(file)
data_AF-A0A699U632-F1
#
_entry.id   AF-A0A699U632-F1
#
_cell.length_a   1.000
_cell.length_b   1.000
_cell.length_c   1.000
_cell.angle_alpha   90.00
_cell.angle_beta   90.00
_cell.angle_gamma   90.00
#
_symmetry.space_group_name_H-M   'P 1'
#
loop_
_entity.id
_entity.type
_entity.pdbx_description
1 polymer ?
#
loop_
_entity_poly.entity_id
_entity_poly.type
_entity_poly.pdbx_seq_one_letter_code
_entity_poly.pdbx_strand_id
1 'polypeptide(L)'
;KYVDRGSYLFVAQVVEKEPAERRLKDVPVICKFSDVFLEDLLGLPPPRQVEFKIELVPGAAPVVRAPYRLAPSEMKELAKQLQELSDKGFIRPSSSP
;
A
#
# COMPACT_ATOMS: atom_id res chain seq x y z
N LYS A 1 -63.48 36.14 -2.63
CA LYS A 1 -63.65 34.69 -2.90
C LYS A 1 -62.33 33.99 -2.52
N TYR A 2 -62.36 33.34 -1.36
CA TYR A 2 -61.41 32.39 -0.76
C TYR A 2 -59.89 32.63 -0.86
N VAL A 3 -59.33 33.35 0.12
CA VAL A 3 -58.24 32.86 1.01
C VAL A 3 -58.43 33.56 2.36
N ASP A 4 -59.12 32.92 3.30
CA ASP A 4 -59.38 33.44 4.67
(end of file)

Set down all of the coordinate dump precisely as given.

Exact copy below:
data_AF-A0A699U632-F1
#
_entry.id   AF-A0A699U632-F1
#
_cell.length_a   1.000
_cell.length_b   1.000
_cell.length_c   1.000
_cell.angle_alpha   90.00
_cell.angle_beta   90.00
_cell.angle_gamma   90.00
#
_symmetry.space_group_name_H-M   'P 1'
#
loop_
_entity.id
_entity.type
_entity.pdbx_description
1 polymer ?
#
loop_
_entity_poly.entity_id
_entity_poly.type
_entity_poly.pdbx_seq_one_letter_code
_entity_poly.pdbx_strand_id
1 'polypeptide(L)'
;KYVDRGSYLFVAQVVEKEPAERRLKDVPVICKFSDVFLEDLLGLPPPRQVEFKIELVPGAAPVVRAPYRLAPSEMKELAKQLQELSDKGFIRPSSSP
;
A
#
# COMPACT_ATOMS: atom_id res chain seq x y z
N LYS A 1 -63.48 36.14 -2.63
CA LYS A 1 -63.65 34.69 -2.90
C LYS A 1 -62.33 33.99 -2.52
N TYR A 2 -62.36 33.34 -1.36
CA TYR A 2 -61.41 32.39 -0.76
C TYR A 2 -59.89 32.63 -0.86
N VAL A 3 -59.33 33.35 0.12
CA VAL A 3 -58.24 32.86 1.01
C VAL A 3 -58.43 33.56 2.36
N ASP A 4 -59.12 32.92 3.30
CA ASP A 4 -59.38 33.44 4.67